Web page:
Sunday, April 23, 2017

April 25th Is National DNA Day

National DNA Day, organized by the National Human Genome Research Institute at the National Institutes of Health, is Tuesday, April 25, 2017.  The event commemorates the completion of the Human Genome Project in April 2003, and the discovery of DNA's double helix in 1953.  The website lists numerous events from Tuesday's Twitter Chat with  NASA Astronaut Kathleen Rubins, the first person to sequence DNA in space, to discussions at the Smithsonian National Museum of Natural History.

Several organizations are offering deals on DNA-related products to celebrate the occasion. Here are a few of the bargains: 

1. Lisa Louise Cook is offering 27% off a Genetic Genealogy Bundle.  Additionally, Lisa's website is offering a coupon code DNADAY to save 15% on all single DNA guides, print or digital. 
2. Ancestry.com is offering 20% off AncestryDNA kits.
3. Family Tree DNA has several options on sale.
4. Two DNA workshops will be offered at the 2017 FGS National Conference in Pittsburgh, Pennsylvania, on August 30-September 2. Both DNA workshops are sponsored by Ancestry ProGenealogists and require pre-registration in order to attend.  Check here for more details.
5. The MoSGA conference will offer two DNA-related from Eric Wells, the first will be a DNA introduction for beginners while the second will detail a case study that offers insights into how to use DNA results with your other genealogical research.  Join us on August 4-5 in Columbia!


Google Earth's New Release Offers Genealogists Updated Tools

Google Earth released an update that offers several great tools for genealogists.  The new search function has been updated with "knowledge cards" that provide encyclopedic details of locations. Users can orbit the world in 3D and utilize the new "Voyager" that incorporates BBC Earth and NASA.  There is a "wildcard" function that allows you to view random locations.  While some of these functions such as street view may not be available for small towns and villages, I was able to pinpoint the church where my 3x great-grandfather was baptized in a small town in Germany.  Happy hunting!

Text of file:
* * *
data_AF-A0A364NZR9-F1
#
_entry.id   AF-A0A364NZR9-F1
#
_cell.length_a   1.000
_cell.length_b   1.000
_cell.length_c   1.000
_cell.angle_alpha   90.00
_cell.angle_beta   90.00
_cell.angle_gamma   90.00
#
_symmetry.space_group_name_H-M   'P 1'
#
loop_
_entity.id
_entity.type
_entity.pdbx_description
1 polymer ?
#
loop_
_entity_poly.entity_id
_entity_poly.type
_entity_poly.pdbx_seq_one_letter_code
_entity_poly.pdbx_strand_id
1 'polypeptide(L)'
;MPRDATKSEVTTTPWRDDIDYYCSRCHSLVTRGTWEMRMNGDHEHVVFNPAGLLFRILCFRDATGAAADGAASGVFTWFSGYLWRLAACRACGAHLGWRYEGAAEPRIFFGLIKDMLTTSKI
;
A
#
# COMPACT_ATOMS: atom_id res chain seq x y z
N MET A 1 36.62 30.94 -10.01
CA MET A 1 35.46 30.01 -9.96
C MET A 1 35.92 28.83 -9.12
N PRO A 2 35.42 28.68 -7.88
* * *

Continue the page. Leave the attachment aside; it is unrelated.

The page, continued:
Halifax, Nova Scotia Releases Photographs of the Harbor as the Centennial of Halifax Explosion Nears

On December 6, 1917, a French cargo ship, the SS Mont-Blanc, fully loaded with wartime explosives, collided with the Norwegian vessel SS Imo in the Halifax harbor. A resulting fire on board the French ship ignited the cargo and caused an explosion that devastated the Richmond District of Halifax. It was the largest man-made explosion prior to the atomic bomb dropped on Hiroshima. Approximately 2,000 people were killed by debris, fires, and collapsed buildings, and an estimated 9,000 others were injured.




As Halifax prepares to commemorate the 100th anniversary of the Halifax Explosion, the Municipal Archives is highlighting historical sources on how the communities of Halifax and Dartmouth responded to the tragedy, and how the city worked with the Halifax Relief Commission to rebuild. Visit 100years100stories.ca for information on commemoration of the 100th anniversary of the Halifax Explosion.  

Wednesday, April 19, 2017

American Ancestors Opens Probate Databases April 18-25

The New England Historic Genealogical Society is offering free access to thirty-two probate databases for one week, April 18-25. The databases contain some of the earliest records in the New England colonies.

Anyone can sign in as a guest member to gain access on AmericanAncestors.org. There is a free webinar on how to use probate  records.

Monday, April 10, 2017

WWI at the National Archives

First, I would like to express my thanks for a reader Vicki Root/Carpenter-Runk/Patton Evans for pointing out that some of the links from the April 6th post were not working.  They are fixed now.

Second, I failed to mention the best source for U.S. records related to World War One are at the National Archives.  In commemorating the war, the National Archives has created a special portal for the WWI holdings. This page provides a breadth of information on current programs, photographs, genealogical records and a mobile app that allows the user to build your own collection of memorabilia.

Gun crew from Regimental Headquarters Company, 23rd Infantry, firing 37 mm gun during an advance on German entrenched positions. Courtesy of the National Archives.

Thursday, April 06, 2017

Today is 100th Anniversary of the U.S. Entry into World War I - Links Repaired

Today is the 100 anniversary of the U.S. entry into World War I.  I share some of the most profound coverage here.
The Washington Post has never before published photos here.
The Associated Press shares their coverage here.
Family Tree Magazine has a time line for other countries entry into the conflict here.
Watch the ceremony at the National WWI Museum and Memorial in Kansas City, MO on YouTube

Tuesday, April 04, 2017

Fold3 Offering Free Access to Civil War Records Through April 15, 2017

Fold3 is opening its Civil War records collection through mid-April including the popular collections:  

  • Civil War “Widows’ Pensions” Files
  • Civil War Pensions Index
  • Soldier Service Records
  • Southern Claims Commission

Gen. Edwin V. Sumner and staff in Warrenton, Virginia, 
main eastern theater of the Civil War, Nov. 13, 1862
Photograph courtesy of Library of Congress, 
Prints & Photographs Division, [cwp 4a40037] 


I have found several of my Missouri ancestors' records on Fold3 and have added a memory page for some of my favorites.  Fold3 allows members to create a memorial page where records can be saved and a picture may be uploaded. For example, see my Great-Grandfather (x3) Carl C. Raiffeisen's page here.  He immigrated to mid-Missouri in 1849, married and lived in Morgan County for the rest of his life.  He served in the Benton County Home Guards during the Civil War.